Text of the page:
In Michigan, I run into various "policies" set by various prosecutors around the State of Michigan. Many of these policies focus on a BAC number which makes or breaks the prosecutor's offer to reduce charges. This policy is most common in two circumstances.
Super Drunk Charge - Prosecutor won't reduce to OWI or Impaired
Super Drunk Charge - Prosecutor will offer OWI, but not impaired
OWI Charge - Prosecutor will not offer impaired
So what do you do when you're faced with one of these policies? You can set the case for trial and roll the dice with the outcome or you can get creative.
A note first - going to trial is a very viable option if the facts and circumstances warrant that choice, but many DUI cases in Michigan have "bad facts" and a client may have false hope that simply hitting the challenge button gives them some sort of 50/50 chance. The reality is 90 plus percent of DUI cases are very strong cases against the defendant.
As a former prosecutor, I look at a report, video and evidence and typically say "I would prosecute that guy in 10 minutes with a jury" - I picture the jury all thinking "huh, what's the catch, this person sounds really guilty" - a trial can be expensive and stressful for a client - it can also bring their case more into the light with the public, and there are some judges who could sentence tougher post trial. A judge is not allowed to admit to doing it, but I've heard judges say "well I say through all those bad facts" and they claim hearing it from witnesses in some way makes the case worse than the defendant pleading to the same thing.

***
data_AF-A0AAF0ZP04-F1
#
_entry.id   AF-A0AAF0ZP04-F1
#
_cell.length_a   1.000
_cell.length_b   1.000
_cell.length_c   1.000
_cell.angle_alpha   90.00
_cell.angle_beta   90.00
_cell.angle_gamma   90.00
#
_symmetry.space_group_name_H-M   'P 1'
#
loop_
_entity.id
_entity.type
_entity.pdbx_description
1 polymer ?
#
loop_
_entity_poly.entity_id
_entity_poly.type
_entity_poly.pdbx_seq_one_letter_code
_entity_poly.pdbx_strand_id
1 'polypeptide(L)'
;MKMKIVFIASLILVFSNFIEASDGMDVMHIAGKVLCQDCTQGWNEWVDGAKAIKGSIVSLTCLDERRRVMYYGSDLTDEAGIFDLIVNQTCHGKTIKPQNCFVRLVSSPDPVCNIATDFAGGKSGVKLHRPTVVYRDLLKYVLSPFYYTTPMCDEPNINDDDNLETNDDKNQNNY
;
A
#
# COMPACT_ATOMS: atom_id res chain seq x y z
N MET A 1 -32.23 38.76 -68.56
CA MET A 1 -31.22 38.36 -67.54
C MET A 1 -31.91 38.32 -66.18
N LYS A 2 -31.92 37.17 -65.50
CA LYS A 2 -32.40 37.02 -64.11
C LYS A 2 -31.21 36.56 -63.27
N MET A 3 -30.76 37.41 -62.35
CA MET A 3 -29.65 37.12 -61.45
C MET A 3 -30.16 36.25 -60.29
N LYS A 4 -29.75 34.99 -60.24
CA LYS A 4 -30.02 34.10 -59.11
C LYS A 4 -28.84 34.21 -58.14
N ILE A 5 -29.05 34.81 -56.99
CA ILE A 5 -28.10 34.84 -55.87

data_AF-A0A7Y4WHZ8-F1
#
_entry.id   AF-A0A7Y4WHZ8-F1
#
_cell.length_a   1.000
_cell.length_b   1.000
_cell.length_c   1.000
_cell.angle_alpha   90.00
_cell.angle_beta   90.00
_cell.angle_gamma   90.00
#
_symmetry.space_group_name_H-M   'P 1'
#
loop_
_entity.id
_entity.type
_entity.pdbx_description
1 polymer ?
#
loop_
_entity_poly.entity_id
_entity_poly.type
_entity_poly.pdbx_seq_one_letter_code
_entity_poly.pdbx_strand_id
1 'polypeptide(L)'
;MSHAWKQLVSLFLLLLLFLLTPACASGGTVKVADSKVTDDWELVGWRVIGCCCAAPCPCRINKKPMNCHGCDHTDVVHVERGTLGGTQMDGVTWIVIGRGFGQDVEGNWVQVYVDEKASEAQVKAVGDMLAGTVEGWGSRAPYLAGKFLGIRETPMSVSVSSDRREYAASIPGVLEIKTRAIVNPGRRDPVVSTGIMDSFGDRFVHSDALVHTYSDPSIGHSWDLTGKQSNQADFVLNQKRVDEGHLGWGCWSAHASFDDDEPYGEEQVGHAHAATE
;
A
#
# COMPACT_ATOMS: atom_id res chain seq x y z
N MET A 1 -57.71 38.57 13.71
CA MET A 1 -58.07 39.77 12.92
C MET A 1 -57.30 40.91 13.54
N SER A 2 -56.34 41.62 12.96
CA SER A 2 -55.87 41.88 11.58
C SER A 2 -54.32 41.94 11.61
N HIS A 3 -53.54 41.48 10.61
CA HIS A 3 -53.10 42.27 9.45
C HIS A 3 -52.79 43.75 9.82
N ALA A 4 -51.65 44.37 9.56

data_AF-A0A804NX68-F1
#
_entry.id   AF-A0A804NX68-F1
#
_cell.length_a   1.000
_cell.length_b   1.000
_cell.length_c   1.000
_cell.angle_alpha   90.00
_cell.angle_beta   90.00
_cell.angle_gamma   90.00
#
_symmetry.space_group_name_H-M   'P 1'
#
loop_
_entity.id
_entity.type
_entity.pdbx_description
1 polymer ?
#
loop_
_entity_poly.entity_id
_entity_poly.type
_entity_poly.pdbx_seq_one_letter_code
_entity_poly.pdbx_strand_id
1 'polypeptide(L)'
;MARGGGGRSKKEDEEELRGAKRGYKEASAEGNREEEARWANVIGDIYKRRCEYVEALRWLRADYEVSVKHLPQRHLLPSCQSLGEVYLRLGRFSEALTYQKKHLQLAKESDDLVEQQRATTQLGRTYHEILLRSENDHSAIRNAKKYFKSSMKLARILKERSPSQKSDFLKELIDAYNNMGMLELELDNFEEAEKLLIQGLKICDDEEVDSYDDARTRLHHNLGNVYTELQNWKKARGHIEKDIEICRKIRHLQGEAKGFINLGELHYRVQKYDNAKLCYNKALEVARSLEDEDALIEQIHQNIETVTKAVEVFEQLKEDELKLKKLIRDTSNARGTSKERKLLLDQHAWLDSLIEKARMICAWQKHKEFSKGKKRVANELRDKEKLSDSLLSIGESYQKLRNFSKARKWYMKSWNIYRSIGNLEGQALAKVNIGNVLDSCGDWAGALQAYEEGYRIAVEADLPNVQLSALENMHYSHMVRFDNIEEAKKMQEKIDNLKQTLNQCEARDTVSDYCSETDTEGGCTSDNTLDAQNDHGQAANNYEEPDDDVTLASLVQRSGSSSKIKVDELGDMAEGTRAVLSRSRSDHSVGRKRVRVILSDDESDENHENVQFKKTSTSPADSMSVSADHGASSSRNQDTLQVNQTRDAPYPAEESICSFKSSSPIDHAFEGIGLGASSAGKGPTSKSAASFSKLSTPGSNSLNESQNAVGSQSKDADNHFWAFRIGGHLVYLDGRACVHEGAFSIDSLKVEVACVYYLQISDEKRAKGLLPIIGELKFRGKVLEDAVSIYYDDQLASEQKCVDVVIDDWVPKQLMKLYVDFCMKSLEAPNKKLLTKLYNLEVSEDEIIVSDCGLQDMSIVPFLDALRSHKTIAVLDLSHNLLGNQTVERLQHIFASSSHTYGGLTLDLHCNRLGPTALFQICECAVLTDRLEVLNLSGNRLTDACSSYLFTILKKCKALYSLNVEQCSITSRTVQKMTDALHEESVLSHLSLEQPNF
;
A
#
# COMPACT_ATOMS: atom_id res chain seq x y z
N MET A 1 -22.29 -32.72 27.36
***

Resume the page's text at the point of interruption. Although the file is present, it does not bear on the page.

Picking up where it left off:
Picking and choosing when to go to trial is not as easy as most believe; so when you're faced with a policy, what can we do?
Well, my clients are already a few steps ahead in that game - my clients are proactive from day one, and sometimes have 30-180 plus days worth of positive achievements on my program. I've broken many policies by simply walking a prosecutor through my client's success on the program, but many of these policy breakers required additional leverage. This means there has to be something within the facts of the case that seal the deal combined with the program.
The most common leverage is the BAC is close to the line - so a 0.17 or 0.18 on a High BAC or a 0.08 to 0.10 on the OWI charge. There's times where a prosecutor may say any High BAC doesn't get reduced or anything 0.20 or above; if it's the first kind then you better be right at the 0.17/0.18 combined with the proactive achievements. The second situation is trickier, because the prosecutor is saying "yes I reduce, but I have my limit" - if the client is at 0.20 then that's the policy, and policies are in place to prevent chaos.
What I mean by chaos is - you give attorney A the deal, then word spreads and everyone wants it. You better be able to justify the prosecutor risking chaos. One creative way to approach this situation is by showing the prosecutor that although the Datamaster or blood result may be 0.20, if we use retrograde extrapolation, which means going back in time using a mathematical approach, we can potentially show a driver's BAC when driving. BAC levels are either dropping or rising between operation and test.
If we have a PBT of say 0.16 then a blood result of 0.20, well there's something there that shows blood may be rising - the prosecutor looks at the 0.20 and says no deal. Sure, I can point out the 0.16, but the prosecutor says something like "well it's a PBT it's not reliable" or "only matters what the BAC is when they take the test" - it's a bit like throwing rocks at this point - two lawyers (me and prosecutor) playing toxicologist. Well what if we added an actual toxicologist to the equation?
What about instead of me pointing out the rising blood and likely lower BAC when driving, we had an expert review the reports and evidence and offer that expert opinion in a letter? Experts aren't only for trial, they can help in plea negotiations. Is this a slam dunk solution? No, but it can't hurt the case - having an expert say the BAC was likely lower than driving may be what a prosecutor needs to break their policy and offer a deal.
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